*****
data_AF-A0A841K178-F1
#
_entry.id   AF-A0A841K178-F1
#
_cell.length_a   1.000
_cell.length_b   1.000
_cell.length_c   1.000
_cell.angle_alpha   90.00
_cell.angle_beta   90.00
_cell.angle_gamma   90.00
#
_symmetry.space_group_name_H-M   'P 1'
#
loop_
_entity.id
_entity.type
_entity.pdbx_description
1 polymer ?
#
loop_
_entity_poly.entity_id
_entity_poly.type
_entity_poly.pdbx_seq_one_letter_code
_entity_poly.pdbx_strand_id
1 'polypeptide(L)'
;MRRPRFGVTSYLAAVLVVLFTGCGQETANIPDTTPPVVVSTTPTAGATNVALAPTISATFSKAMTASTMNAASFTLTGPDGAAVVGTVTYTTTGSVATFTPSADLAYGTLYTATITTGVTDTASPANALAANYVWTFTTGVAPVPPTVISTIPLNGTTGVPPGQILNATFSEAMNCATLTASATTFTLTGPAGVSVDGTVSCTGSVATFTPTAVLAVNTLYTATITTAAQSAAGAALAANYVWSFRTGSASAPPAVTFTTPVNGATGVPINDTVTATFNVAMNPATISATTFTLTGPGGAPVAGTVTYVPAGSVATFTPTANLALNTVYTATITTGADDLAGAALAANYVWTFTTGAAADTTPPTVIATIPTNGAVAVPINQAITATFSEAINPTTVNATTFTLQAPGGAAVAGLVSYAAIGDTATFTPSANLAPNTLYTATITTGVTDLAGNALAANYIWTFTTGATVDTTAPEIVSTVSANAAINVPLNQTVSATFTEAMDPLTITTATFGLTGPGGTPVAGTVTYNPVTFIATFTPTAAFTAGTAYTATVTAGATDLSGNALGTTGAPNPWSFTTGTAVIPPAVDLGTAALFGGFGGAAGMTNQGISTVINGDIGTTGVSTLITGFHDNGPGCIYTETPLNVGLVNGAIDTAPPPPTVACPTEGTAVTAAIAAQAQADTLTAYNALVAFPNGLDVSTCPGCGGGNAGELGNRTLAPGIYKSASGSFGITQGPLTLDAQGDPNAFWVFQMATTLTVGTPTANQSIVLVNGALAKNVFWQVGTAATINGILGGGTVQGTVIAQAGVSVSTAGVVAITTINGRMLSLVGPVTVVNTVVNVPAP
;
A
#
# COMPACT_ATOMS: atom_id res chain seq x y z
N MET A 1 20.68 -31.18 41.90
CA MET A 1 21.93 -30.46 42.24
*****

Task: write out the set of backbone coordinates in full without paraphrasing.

data_AF-A0A841K178-F1
#
_entry.id   AF-A0A841K178-F1
#
_cell.length_a   1.000
_cell.length_b   1.000
_cell.length_c   1.000
_cell.angle_alpha   90.00
_cell.angle_beta   90.00
_cell.angle_gamma   90.00
#
_symmetry.space_group_name_H-M   'P 1'
#
loop_
_entity.id
_entity.type
_entity.pdbx_description
1 polymer ?
#
loop_
_entity_poly.entity_id
_entity_poly.type
_entity_poly.pdbx_seq_one_letter_code
_entity_poly.pdbx_strand_id
1 'polypeptide(L)'
;MRRPRFGVTSYLAAVLVVLFTGCGQETANIPDTTPPVVVSTTPTAGATNVALAPTISATFSKAMTASTMNAASFTLTGPDGAAVVGTVTYTTTGSVATFTPSADLAYGTLYTATITTGVTDTASPANALAANYVWTFTTGVAPVPPTVISTIPLNGTTGVPPGQILNATFSEAMNCATLTASATTFTLTGPAGVSVDGTVSCTGSVATFTPTAVLAVNTLYTATITTAAQSAAGAALAANYVWSFRTGSASAPPAVTFTTPVNGATGVPINDTVTATFNVAMNPATISATTFTLTGPGGAPVAGTVTYVPAGSVATFTPTANLALNTVYTATITTGADDLAGAALAANYVWTFTTGAAADTTPPTVIATIPTNGAVAVPINQAITATFSEAINPTTVNATTFTLQAPGGAAVAGLVSYAAIGDTATFTPSANLAPNTLYTATITTGVTDLAGNALAANYIWTFTTGATVDTTAPEIVSTVSANAAINVPLNQTVSATFTEAMDPLTITTATFGLTGPGGTPVAGTVTYNPVTFIATFTPTAAFTAGTAYTATVTAGATDLSGNALGTTGAPNPWSFTTGTAVIPPAVDLGTAALFGGFGGAAGMTNQGISTVINGDIGTTGVSTLITGFHDNGPGCIYTETPLNVGLVNGAIDTAPPPPTVACPTEGTAVTAAIAAQAQADTLTAYNALVAFPNGLDVSTCPGCGGGNAGELGNRTLAPGIYKSASGSFGITQGPLTLDAQGDPNAFWVFQMATTLTVGTPTANQSIVLVNGALAKNVFWQVGTAATINGILGGGTVQGTVIAQAGVSVSTAGVVAITTINGRMLSLVGPVTVVNTVVNVPAP
;
A
#
# COMPACT_ATOMS: atom_id res chain seq x y z
N MET A 1 20.68 -31.18 41.90
CA MET A 1 21.93 -30.46 42.24